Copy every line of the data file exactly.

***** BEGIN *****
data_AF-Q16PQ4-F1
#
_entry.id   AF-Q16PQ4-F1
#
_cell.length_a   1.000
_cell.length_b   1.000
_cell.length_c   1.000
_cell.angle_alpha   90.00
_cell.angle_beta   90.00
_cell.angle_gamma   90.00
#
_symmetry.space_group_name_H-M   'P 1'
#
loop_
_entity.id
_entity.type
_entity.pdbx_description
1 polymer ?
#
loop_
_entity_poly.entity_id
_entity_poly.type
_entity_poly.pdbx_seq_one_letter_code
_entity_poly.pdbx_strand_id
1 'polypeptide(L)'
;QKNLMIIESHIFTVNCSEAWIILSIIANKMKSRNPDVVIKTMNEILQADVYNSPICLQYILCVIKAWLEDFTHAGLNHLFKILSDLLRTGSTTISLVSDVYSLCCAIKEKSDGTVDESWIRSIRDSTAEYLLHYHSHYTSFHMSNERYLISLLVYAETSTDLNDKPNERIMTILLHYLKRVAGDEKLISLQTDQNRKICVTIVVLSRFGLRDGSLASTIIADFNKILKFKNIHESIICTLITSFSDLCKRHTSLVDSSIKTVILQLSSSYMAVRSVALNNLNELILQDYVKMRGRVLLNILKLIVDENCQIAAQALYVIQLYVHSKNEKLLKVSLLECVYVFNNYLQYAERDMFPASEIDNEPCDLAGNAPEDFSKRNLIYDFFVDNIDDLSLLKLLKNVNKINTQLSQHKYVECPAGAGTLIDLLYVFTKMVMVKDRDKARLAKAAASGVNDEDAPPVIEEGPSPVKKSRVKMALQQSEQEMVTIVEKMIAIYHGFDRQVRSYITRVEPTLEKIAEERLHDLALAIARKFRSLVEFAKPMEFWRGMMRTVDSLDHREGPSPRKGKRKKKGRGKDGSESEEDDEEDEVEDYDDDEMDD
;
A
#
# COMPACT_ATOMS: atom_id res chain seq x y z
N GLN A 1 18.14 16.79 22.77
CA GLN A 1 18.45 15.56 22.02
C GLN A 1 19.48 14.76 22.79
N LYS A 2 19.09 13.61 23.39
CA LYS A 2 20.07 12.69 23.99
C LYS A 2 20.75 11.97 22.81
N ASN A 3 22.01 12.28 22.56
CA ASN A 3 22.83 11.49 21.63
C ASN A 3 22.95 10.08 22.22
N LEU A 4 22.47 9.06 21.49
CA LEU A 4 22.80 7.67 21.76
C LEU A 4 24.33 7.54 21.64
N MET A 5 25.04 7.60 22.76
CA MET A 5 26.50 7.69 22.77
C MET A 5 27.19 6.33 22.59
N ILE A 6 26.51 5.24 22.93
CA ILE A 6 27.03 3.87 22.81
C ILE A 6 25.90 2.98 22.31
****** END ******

data_AF-Q16PQ4-F1
#
_entry.id   AF-Q16PQ4-F1
#
_cell.length_a   1.000
_cell.length_b   1.000
_cell.length_c   1.000
_cell.angle_alpha   90.00
_cell.angle_beta   90.00
_cell.angle_gamma   90.00
#
_symmetry.space_group_name_H-M   'P 1'
#
loop_
_entity.id
_entity.type
_entity.pdbx_description
1 polymer ?
#
loop_
_entity_poly.entity_id
_entity_poly.type
_entity_poly.pdbx_seq_one_letter_code
_entity_poly.pdbx_strand_id
1 'polypeptide(L)'
;QKNLMIIESHIFTVNCSEAWIILSIIANKMKSRNPDVVIKTMNEILQADVYNSPICLQYILCVIKAWLEDFTHAGLNHLFKILSDLLRTGSTTISLVSDVYSLCCAIKEKSDGTVDESWIRSIRDSTAEYLLHYHSHYTSFHMSNERYLISLLVYAETSTDLNDKPNERIMTILLHYLKRVAGDEKLISLQTDQNRKICVTIVVLSRFGLRDGSLASTIIADFNKILKFKNIHESIICTLITSFSDLCKRHTSLVDSSIKTVILQLSSSYMAVRSVALNNLNELILQDYVKMRGRVLLNILKLIVDENCQIAAQALYVIQLYVHSKNEKLLKVSLLECVYVFNNYLQYAERDMFPASEIDNEPCDLAGNAPEDFSKRNLIYDFFVDNIDDLSLLKLLKNVNKINTQLSQHKYVECPAGAGTLIDLLYVFTKMVMVKDRDKARLAKAAASGVNDEDAPPVIEEGPSPVKKSRVKMALQQSEQEMVTIVEKMIAIYHGFDRQVRSYITRVEPTLEKIAEERLHDLALAIARKFRSLVEFAKPMEFWRGMMRTVDSLDHREGPSPRKGKRKKKGRGKDGSESEEDDEEDEVEDYDDDEMDD
;
A
#
# COMPACT_ATOMS: atom_id res chain seq x y z
N GLN A 1 18.14 16.79 22.77
CA GLN A 1 18.45 15.56 22.02
C GLN A 1 19.48 14.76 22.79
N LYS A 2 19.09 13.61 23.39
CA LYS A 2 20.07 12.69 23.99
C LYS A 2 20.75 11.97 22.81
N ASN A 3 22.01 12.28 22.56
CA ASN A 3 22.83 11.49 21.63
C ASN A 3 22.95 10.08 22.22
N LEU A 4 22.47 9.06 21.49
CA LEU A 4 22.80 7.67 21.76
C LEU A 4 24.33 7.54 21.64
N MET A 5 25.04 7.60 22.76
CA MET A 5 26.50 7.69 22.77
C MET A 5 27.19 6.33 22.59
N ILE A 6 26.51 5.24 22.93
CA ILE A 6 27.03 3.87 22.81
C ILE A 6 25.90 2.98 22.31